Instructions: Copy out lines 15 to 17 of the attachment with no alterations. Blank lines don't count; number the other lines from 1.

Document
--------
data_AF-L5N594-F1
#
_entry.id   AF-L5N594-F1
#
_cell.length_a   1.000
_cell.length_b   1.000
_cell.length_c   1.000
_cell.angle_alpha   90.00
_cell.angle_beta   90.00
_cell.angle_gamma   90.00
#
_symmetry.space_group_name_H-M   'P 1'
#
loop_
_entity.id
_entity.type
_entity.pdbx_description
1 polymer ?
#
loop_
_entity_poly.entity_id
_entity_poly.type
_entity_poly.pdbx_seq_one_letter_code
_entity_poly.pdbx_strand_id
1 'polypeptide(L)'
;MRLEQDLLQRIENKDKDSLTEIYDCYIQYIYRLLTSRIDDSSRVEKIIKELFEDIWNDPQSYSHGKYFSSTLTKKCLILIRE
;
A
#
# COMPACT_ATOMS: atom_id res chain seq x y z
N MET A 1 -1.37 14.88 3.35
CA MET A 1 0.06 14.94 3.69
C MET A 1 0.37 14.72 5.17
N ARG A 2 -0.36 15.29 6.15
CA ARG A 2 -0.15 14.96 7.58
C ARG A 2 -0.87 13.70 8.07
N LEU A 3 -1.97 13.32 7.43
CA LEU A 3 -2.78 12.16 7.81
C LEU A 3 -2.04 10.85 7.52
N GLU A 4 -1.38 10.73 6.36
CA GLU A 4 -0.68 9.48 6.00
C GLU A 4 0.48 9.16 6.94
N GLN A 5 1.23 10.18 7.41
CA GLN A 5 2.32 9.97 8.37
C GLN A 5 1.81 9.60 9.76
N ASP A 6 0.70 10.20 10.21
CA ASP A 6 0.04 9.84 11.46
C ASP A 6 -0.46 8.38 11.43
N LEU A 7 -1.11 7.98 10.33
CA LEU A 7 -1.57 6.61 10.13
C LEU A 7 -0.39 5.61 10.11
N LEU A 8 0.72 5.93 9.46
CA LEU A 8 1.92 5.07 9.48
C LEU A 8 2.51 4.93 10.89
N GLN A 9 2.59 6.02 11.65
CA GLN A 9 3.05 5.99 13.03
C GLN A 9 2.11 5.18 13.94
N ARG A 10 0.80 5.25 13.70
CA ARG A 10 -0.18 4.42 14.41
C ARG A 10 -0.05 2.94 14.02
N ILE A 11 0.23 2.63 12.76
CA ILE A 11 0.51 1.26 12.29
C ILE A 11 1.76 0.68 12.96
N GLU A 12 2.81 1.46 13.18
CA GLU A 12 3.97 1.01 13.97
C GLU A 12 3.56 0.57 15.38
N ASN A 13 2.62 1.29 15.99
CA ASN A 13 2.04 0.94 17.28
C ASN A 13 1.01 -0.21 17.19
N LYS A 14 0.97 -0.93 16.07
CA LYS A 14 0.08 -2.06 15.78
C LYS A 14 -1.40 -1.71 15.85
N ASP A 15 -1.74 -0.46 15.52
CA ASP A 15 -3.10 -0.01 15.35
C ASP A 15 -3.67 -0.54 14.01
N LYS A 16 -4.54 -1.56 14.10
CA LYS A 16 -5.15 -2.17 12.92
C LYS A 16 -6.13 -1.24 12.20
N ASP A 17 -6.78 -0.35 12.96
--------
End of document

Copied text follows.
_entity.id
_entity.type
_entity.pdbx_description